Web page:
Why You Should Network Your Process Ovens
If you currently manage several recipes on multiple process ovens, networking software may be a wise investment. Intuitive, easy-to-use software programs that are simple to install and require no special programming do exist. By looking for five simple yet important software features, you can find a package that is right for your company.
1. Ease of Use. First and foremost, any software you purchase should be easy to set up and use. Networking process ovens is not rocket science; therefore, you should not require a rocket scientist to program it. Windows-based programs offer simple prompts that walk users through most setup and installation steps. Once the CD is inserted, users simply point and click to set up most system parameters.
Unlike simple process controllers, the software you choose should allow you to give ovens and recipes meaningful names rather than numeric identifiers. This step greatly reduces the chance for operator error.
2. Password Security. To protect the integrity of data once it has been entered, many users find it helpful and reassuring to have a password security system on the network. The software package you choose should offer a multilevel system, which could look something like this:
Level 1 (operator level): Allows users to check oven status as well as start, stop and hold controller operation.
Level 2 (manufacturing supervisor level): Users have access to the above functions, plus the ability to change controller modes, select profiles and change operating setpoints.
Level 3 (process engineer level): Users have access to the previous functions, plus the ability to edit and write recipes and configure datalog settings.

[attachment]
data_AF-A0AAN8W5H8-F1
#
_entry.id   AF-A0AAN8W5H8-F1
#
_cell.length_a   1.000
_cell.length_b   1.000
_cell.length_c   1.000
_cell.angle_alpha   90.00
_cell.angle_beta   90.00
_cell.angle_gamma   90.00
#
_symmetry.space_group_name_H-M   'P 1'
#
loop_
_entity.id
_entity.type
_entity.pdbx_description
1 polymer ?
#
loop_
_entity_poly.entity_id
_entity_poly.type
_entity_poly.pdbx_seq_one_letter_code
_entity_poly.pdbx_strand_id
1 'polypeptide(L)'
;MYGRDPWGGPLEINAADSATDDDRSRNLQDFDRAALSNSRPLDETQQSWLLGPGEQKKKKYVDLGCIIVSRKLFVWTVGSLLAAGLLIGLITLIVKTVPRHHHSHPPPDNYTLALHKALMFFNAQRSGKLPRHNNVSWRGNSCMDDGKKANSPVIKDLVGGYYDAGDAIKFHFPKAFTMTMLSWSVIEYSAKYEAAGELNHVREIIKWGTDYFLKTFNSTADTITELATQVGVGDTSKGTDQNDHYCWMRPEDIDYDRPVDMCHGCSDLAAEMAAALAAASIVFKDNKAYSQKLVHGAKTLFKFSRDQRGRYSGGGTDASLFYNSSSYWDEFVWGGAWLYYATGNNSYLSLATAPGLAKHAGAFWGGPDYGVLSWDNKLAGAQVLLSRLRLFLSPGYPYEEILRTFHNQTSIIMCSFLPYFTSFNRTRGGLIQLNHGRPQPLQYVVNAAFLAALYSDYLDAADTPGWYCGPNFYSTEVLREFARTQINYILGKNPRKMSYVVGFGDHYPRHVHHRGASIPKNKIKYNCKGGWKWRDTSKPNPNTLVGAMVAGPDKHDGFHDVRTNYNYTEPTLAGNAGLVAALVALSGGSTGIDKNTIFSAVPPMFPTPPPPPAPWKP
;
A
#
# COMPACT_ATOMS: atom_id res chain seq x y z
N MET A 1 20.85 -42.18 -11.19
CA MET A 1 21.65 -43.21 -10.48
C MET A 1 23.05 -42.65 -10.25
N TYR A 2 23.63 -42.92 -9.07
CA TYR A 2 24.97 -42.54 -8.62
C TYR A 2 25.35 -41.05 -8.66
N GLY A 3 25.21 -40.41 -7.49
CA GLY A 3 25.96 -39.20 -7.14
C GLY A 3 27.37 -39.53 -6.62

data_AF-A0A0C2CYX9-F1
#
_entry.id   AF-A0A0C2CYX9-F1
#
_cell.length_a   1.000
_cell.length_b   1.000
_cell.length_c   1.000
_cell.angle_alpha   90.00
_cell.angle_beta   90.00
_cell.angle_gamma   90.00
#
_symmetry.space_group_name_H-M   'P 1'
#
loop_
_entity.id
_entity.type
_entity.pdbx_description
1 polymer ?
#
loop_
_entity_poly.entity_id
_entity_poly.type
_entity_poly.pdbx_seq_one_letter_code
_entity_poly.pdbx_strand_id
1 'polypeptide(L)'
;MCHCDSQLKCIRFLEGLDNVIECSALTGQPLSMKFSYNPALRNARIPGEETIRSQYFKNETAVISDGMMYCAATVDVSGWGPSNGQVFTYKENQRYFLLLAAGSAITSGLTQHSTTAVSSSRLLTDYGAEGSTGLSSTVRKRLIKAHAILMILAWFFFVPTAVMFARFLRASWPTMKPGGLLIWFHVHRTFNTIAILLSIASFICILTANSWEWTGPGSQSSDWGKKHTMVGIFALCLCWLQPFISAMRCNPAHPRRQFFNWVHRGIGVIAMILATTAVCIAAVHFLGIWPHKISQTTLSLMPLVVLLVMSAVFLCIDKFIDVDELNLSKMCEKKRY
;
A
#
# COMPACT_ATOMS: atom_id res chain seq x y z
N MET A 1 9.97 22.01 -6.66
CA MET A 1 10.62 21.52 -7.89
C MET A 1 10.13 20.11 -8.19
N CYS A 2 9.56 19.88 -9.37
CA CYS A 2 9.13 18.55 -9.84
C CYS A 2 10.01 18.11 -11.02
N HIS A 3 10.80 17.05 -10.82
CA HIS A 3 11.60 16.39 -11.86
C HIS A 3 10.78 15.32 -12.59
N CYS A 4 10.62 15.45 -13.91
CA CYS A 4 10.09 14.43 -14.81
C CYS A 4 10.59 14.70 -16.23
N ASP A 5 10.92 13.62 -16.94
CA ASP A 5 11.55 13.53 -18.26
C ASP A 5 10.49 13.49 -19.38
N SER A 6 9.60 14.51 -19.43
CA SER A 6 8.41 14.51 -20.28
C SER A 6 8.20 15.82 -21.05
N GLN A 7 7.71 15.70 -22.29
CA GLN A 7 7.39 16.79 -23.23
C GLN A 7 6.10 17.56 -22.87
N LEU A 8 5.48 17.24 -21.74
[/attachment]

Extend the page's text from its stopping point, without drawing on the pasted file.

Level 4 (system administrator level): In addition to the previous functions, users are able to change communication settings, add and delete controllers from the network and change passwords.
3. Ability to Control and Monitor Multiple Ovens. The software you choose should be able to monitor multiple ovens. Key to this function is the ability to view the status of all ovens on one screen at the same time.
With this feature, a supervisor can closely monitor the network to see which ovens are available and which are just about finished running a process. Armed with this information, the supervisor can pick the best oven for the job and keep the product moving through the plant. This increases throughput but not cost because a greater amount of product travels through the same number of ovens.
There also should be a link from the network status screen to more detailed screens so the supervisor can get additional information about an oven on the network. More detailed run time windows should include data such as the oven's operating setpoint, actual temperature, profile status, high-limit information, controller status, operator identification and lot data for tracking purposes.